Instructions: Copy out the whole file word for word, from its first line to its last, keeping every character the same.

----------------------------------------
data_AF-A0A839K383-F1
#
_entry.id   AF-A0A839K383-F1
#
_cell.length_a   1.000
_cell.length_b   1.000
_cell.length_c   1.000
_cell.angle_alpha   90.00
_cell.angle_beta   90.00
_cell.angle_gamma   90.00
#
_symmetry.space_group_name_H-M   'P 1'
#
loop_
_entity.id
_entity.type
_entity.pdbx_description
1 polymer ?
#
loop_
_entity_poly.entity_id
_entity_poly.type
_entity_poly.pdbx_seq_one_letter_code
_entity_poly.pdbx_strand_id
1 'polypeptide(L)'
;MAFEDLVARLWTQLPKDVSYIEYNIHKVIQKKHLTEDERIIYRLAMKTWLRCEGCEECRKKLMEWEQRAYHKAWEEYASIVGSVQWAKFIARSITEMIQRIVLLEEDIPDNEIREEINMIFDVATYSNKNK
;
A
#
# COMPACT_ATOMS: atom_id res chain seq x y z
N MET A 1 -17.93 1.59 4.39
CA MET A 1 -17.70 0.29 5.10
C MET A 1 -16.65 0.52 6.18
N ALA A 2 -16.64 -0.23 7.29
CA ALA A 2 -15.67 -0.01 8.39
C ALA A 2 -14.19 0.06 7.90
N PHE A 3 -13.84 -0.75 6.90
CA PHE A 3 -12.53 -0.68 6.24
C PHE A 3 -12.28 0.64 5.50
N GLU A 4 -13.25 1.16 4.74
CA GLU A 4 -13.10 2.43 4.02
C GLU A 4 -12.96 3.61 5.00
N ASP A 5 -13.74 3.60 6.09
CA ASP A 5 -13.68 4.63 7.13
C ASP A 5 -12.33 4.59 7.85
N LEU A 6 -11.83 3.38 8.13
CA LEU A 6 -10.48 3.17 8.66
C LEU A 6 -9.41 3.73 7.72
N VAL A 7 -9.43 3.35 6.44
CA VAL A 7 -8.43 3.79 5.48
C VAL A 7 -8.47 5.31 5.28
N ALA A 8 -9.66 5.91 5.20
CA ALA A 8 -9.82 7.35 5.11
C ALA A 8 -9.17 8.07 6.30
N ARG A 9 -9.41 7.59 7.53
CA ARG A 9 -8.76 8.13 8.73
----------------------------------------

data_AF-A0A839K383-F1
#
_entry.id   AF-A0A839K383-F1
#
_cell.length_a   1.000
_cell.length_b   1.000
_cell.length_c   1.000
_cell.angle_alpha   90.00
_cell.angle_beta   90.00
_cell.angle_gamma   90.00
#
_symmetry.space_group_name_H-M   'P 1'
#
loop_
_entity.id
_entity.type
_entity.pdbx_description
1 polymer ?
#
loop_
_entity_poly.entity_id
_entity_poly.type
_entity_poly.pdbx_seq_one_letter_code
_entity_poly.pdbx_strand_id
1 'polypeptide(L)'
;MAFEDLVARLWTQLPKDVSYIEYNIHKVIQKKHLTEDERIIYRLAMKTWLRCEGCEECRKKLMEWEQRAYHKAWEEYASIVGSVQWAKFIARSITEMIQRIVLLEEDIPDNEIREEINMIFDVATYSNKNK
;
A
#
# COMPACT_ATOMS: atom_id res chain seq x y z
N MET A 1 -17.93 1.59 4.39
CA MET A 1 -17.70 0.29 5.10
C MET A 1 -16.65 0.52 6.18
N ALA A 2 -16.64 -0.23 7.29
CA ALA A 2 -15.67 -0.01 8.39
C ALA A 2 -14.19 0.06 7.90
N PHE A 3 -13.84 -0.75 6.90
CA PHE A 3 -12.53 -0.68 6.24
C PHE A 3 -12.28 0.64 5.50
N GLU A 4 -13.25 1.16 4.74
CA GLU A 4 -13.10 2.43 4.02
C GLU A 4 -12.96 3.61 5.00
N ASP A 5 -13.74 3.60 6.09
CA ASP A 5 -13.68 4.63 7.13
C ASP A 5 -12.33 4.59 7.85
N LEU A 6 -11.83 3.38 8.13
CA LEU A 6 -10.48 3.17 8.66
C LEU A 6 -9.41 3.73 7.72
N VAL A 7 -9.43 3.35 6.44
CA VAL A 7 -8.43 3.79 5.48
C VAL A 7 -8.47 5.31 5.28
N ALA A 8 -9.66 5.91 5.20
CA ALA A 8 -9.82 7.35 5.11
C ALA A 8 -9.17 8.07 6.30
N ARG A 9 -9.41 7.59 7.53
CA ARG A 9 -8.76 8.13 8.73